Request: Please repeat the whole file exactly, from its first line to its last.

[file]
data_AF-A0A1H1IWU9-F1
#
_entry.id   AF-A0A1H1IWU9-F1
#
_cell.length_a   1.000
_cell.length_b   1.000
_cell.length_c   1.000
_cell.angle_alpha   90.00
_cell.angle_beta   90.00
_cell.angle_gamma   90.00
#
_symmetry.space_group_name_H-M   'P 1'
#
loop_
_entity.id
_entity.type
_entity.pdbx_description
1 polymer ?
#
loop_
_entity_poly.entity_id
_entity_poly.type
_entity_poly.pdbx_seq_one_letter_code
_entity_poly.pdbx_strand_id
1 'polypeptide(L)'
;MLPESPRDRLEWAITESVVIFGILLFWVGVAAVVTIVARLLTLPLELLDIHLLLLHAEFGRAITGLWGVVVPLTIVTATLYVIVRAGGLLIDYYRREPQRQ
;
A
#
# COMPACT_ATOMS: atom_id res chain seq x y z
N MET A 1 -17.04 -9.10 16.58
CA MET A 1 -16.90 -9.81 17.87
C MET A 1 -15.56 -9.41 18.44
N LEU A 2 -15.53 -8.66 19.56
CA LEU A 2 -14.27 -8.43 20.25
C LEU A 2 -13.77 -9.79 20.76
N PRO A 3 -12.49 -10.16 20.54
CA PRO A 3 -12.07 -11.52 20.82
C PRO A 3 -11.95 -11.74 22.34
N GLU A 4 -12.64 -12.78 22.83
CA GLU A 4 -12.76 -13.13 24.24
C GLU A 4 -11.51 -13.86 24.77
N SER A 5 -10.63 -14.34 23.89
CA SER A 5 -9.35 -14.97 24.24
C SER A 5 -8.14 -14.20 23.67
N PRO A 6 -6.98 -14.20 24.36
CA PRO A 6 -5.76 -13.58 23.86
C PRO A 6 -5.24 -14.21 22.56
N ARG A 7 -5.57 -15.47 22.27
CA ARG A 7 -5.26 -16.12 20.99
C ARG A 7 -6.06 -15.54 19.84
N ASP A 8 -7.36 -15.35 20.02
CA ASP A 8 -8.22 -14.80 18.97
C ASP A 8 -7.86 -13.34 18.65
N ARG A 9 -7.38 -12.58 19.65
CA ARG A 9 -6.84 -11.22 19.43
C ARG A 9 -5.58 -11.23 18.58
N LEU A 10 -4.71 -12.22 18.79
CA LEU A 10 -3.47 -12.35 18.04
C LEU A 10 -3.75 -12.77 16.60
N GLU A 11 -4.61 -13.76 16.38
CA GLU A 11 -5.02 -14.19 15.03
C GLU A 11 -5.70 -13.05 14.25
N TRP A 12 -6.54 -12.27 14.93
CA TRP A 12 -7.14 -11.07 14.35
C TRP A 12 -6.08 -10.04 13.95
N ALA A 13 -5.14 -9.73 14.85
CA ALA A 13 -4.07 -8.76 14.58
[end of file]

data_AF-A0A1H1IWU9-F1
#
_entry.id   AF-A0A1H1IWU9-F1
#
_cell.length_a   1.000
_cell.length_b   1.000
_cell.length_c   1.000
_cell.angle_alpha   90.00
_cell.angle_beta   90.00
_cell.angle_gamma   90.00
#
_symmetry.space_group_name_H-M   'P 1'
#
loop_
_entity.id
_entity.type
_entity.pdbx_description
1 polymer ?
#
loop_
_entity_poly.entity_id
_entity_poly.type
_entity_poly.pdbx_seq_one_letter_code
_entity_poly.pdbx_strand_id
1 'polypeptide(L)'
;MLPESPRDRLEWAITESVVIFGILLFWVGVAAVVTIVARLLTLPLELLDIHLLLLHAEFGRAITGLWGVVVPLTIVTATLYVIVRAGGLLIDYYRREPQRQ
;
A
#
# COMPACT_ATOMS: atom_id res chain seq x y z
N MET A 1 -17.04 -9.10 16.58
CA MET A 1 -16.90 -9.81 17.87
C MET A 1 -15.56 -9.41 18.44
N LEU A 2 -15.53 -8.66 19.56
CA LEU A 2 -14.27 -8.43 20.25
C LEU A 2 -13.77 -9.79 20.76
N PRO A 3 -12.49 -10.16 20.54
CA PRO A 3 -12.07 -11.52 20.82
C PRO A 3 -11.95 -11.74 22.34
N GLU A 4 -12.64 -12.78 22.83
CA GLU A 4 -12.76 -13.13 24.24
C GLU A 4 -11.51 -13.86 24.77
N SER A 5 -10.63 -14.34 23.89
CA SER A 5 -9.35 -14.97 24.24
C SER A 5 -8.14 -14.20 23.67
N PRO A 6 -6.98 -14.20 24.36
CA PRO A 6 -5.76 -13.58 23.86
C PRO A 6 -5.24 -14.21 22.56
N ARG A 7 -5.57 -15.47 22.27
CA ARG A 7 -5.26 -16.12 20.99
C ARG A 7 -6.06 -15.54 19.84
N ASP A 8 -7.36 -15.35 20.02
CA ASP A 8 -8.22 -14.80 18.97
C ASP A 8 -7.86 -13.34 18.65
N ARG A 9 -7.38 -12.58 19.65
CA ARG A 9 -6.84 -11.22 19.43
C ARG A 9 -5.58 -11.23 18.58
N LEU A 10 -4.71 -12.22 18.79
CA LEU A 10 -3.47 -12.35 18.04
C LEU A 10 -3.75 -12.77 16.60
N GLU A 11 -4.61 -13.76 16.38
CA GLU A 11 -5.02 -14.19 15.03
C GLU A 11 -5.70 -13.05 14.25
N TRP A 12 -6.54 -12.27 14.93
CA TRP A 12 -7.14 -11.07 14.35
C TRP A 12 -6.08 -10.04 13.95
N ALA A 13 -5.14 -9.73 14.85
CA ALA A 13 -4.07 -8.76 14.58